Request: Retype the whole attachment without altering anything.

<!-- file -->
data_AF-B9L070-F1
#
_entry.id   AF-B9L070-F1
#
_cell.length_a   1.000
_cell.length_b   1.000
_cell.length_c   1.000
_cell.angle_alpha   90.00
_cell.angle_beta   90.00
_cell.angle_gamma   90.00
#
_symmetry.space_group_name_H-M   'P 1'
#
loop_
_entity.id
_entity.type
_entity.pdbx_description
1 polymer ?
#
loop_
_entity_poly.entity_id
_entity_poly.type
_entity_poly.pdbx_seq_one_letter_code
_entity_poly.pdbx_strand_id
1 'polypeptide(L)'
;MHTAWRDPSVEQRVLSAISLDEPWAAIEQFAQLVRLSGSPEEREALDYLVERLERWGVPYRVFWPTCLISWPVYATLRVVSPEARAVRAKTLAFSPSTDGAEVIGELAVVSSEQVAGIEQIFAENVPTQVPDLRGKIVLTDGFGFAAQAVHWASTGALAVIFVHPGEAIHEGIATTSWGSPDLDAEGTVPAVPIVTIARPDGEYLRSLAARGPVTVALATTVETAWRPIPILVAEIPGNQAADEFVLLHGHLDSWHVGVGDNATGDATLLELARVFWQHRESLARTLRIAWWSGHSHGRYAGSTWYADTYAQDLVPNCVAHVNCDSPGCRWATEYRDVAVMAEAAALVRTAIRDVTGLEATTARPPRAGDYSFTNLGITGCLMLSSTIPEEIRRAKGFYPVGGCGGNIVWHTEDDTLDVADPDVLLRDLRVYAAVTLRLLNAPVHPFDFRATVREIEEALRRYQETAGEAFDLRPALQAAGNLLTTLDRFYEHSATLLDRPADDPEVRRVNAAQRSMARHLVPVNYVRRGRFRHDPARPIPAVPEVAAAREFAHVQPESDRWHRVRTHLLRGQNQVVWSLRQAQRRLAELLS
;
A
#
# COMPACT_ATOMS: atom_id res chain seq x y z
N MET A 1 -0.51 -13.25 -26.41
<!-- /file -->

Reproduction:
data_AF-B9L070-F1
#
_entry.id   AF-B9L070-F1
#
_cell.length_a   1.000
_cell.length_b   1.000
_cell.length_c   1.000
_cell.angle_alpha   90.00
_cell.angle_beta   90.00
_cell.angle_gamma   90.00
#
_symmetry.space_group_name_H-M   'P 1'
#
loop_
_entity.id
_entity.type
_entity.pdbx_description
1 polymer ?
#
loop_
_entity_poly.entity_id
_entity_poly.type
_entity_poly.pdbx_seq_one_letter_code
_entity_poly.pdbx_strand_id
1 'polypeptide(L)'
;MHTAWRDPSVEQRVLSAISLDEPWAAIEQFAQLVRLSGSPEEREALDYLVERLERWGVPYRVFWPTCLISWPVYATLRVVSPEARAVRAKTLAFSPSTDGAEVIGELAVVSSEQVAGIEQIFAENVPTQVPDLRGKIVLTDGFGFAAQAVHWASTGALAVIFVHPGEAIHEGIATTSWGSPDLDAEGTVPAVPIVTIARPDGEYLRSLAARGPVTVALATTVETAWRPIPILVAEIPGNQAADEFVLLHGHLDSWHVGVGDNATGDATLLELARVFWQHRESLARTLRIAWWSGHSHGRYAGSTWYADTYAQDLVPNCVAHVNCDSPGCRWATEYRDVAVMAEAAALVRTAIRDVTGLEATTARPPRAGDYSFTNLGITGCLMLSSTIPEEIRRAKGFYPVGGCGGNIVWHTEDDTLDVADPDVLLRDLRVYAAVTLRLLNAPVHPFDFRATVREIEEALRRYQETAGEAFDLRPALQAAGNLLTTLDRFYEHSATLLDRPADDPEVRRVNAAQRSMARHLVPVNYVRRGRFRHDPARPIPAVPEVAAAREFAHVQPESDRWHRVRTHLLRGQNQVVWSLRQAQRRLAELLS
;
A
#
# COMPACT_ATOMS: atom_id res chain seq x y z
N MET A 1 -0.51 -13.25 -26.41